In the latest issue of HR People + Strategy, Anna A. Tavis highlights multiple perspectives on the challenges of the CEO transition. Her article titled, The Brave New CEO Transition, discusses points from a panel of experts on the topic. Among the panelists featured is our own Kenneth W. Freeman, Allen Questrom Professor and Dean.
Research suggests that many newly selected CEO’s rise to the top while still in their predecessor’s shadow. This is because the ex-CEO often remains as a chairman or board member for a few years after stepping down. This lingering is the root of many transitional challenges and Freeman suggests in his article, Knowing When to Let Go, that making a clean break—though it may be difficult—is the right move.
Chief executives are not eager to hand over the power that comes with their CEO reputation. For that reason, their ego often becomes one of the first obstacles for the new CEO to overcome. Freeman explains how the outgoing CEO’s ego gets in the way, “They can’t imagine that an adequate replacement exists. And they want to see their legacy extended. So they drag their feet in preparing a successor or do an inadequate job, subtly or not so subtly reinforcing the notion that they should be kept on in some capacity or other.”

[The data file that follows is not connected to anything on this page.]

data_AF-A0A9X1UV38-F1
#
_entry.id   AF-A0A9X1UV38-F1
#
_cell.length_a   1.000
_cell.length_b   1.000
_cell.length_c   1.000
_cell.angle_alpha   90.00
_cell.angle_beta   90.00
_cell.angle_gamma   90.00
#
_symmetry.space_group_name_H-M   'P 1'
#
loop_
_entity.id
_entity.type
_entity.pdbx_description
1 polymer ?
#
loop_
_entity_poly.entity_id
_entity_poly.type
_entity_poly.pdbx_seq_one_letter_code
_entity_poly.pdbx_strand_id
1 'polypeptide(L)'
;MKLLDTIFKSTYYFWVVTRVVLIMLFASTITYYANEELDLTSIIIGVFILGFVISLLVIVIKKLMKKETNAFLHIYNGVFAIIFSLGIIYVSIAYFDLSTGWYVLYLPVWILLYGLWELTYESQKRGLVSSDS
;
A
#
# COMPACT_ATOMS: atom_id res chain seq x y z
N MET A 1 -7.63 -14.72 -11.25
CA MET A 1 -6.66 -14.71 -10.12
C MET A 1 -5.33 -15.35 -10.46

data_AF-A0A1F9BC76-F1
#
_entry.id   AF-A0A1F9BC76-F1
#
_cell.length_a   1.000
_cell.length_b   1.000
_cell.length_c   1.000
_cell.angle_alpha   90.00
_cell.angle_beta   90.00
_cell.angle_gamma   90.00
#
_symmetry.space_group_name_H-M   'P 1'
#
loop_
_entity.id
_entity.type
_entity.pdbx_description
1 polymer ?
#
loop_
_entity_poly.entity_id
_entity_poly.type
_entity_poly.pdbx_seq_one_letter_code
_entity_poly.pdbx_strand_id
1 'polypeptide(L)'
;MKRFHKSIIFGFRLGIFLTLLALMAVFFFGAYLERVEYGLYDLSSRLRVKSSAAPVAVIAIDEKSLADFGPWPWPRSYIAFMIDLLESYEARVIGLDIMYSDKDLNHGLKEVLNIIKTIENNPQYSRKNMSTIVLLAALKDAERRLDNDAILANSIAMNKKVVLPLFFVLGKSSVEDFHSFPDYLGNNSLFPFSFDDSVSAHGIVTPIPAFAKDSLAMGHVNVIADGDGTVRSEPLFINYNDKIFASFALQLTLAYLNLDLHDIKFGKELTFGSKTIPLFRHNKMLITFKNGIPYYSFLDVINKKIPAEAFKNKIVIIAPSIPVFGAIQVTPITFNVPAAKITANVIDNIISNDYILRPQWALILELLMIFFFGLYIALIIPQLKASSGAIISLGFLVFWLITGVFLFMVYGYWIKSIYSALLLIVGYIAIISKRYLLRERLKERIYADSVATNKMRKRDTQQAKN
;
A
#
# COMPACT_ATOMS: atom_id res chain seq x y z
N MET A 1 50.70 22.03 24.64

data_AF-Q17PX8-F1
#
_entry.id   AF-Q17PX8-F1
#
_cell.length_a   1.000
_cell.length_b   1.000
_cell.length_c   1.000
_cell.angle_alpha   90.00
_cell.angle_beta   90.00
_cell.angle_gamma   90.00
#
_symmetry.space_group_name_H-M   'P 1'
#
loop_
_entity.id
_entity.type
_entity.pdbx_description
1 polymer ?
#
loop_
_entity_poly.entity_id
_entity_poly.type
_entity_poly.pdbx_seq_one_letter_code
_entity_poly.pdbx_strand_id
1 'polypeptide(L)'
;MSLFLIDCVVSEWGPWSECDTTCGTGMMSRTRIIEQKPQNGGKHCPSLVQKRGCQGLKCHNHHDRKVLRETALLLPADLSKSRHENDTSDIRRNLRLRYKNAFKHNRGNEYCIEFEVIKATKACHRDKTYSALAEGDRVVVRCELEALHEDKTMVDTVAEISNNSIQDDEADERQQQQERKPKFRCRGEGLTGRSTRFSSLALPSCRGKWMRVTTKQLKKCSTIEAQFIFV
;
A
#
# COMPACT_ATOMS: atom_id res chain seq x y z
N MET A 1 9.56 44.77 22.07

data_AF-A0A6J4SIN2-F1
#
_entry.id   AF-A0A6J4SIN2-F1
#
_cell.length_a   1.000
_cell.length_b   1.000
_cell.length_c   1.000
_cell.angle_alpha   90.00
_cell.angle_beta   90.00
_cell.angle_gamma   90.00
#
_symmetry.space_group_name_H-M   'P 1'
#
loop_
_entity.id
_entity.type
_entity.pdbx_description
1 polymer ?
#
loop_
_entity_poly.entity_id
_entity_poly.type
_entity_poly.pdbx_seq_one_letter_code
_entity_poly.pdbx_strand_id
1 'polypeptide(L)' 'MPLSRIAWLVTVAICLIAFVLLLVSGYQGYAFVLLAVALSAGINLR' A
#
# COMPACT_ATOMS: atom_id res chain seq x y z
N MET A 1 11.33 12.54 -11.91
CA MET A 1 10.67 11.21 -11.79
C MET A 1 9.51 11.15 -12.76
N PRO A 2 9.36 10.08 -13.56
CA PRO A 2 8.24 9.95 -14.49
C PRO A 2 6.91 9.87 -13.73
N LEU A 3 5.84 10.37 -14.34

To avoid this, companies should eliminate the lingering of the previous leader. This allows the new CEO to truly start working and begin making immediate positive impact. “Knowing that you have only so much time to make your mark as CEO can inject a real sense of urgency into your work.” Freeman explains, “And because you don’t expect to hang on after vacating the corner office, you are forced to think clearly and carefully about the skills your successor will need and thus about your own strengths and weaknesses.”
Read the full article for Freeman’s additional thoughts on the topic.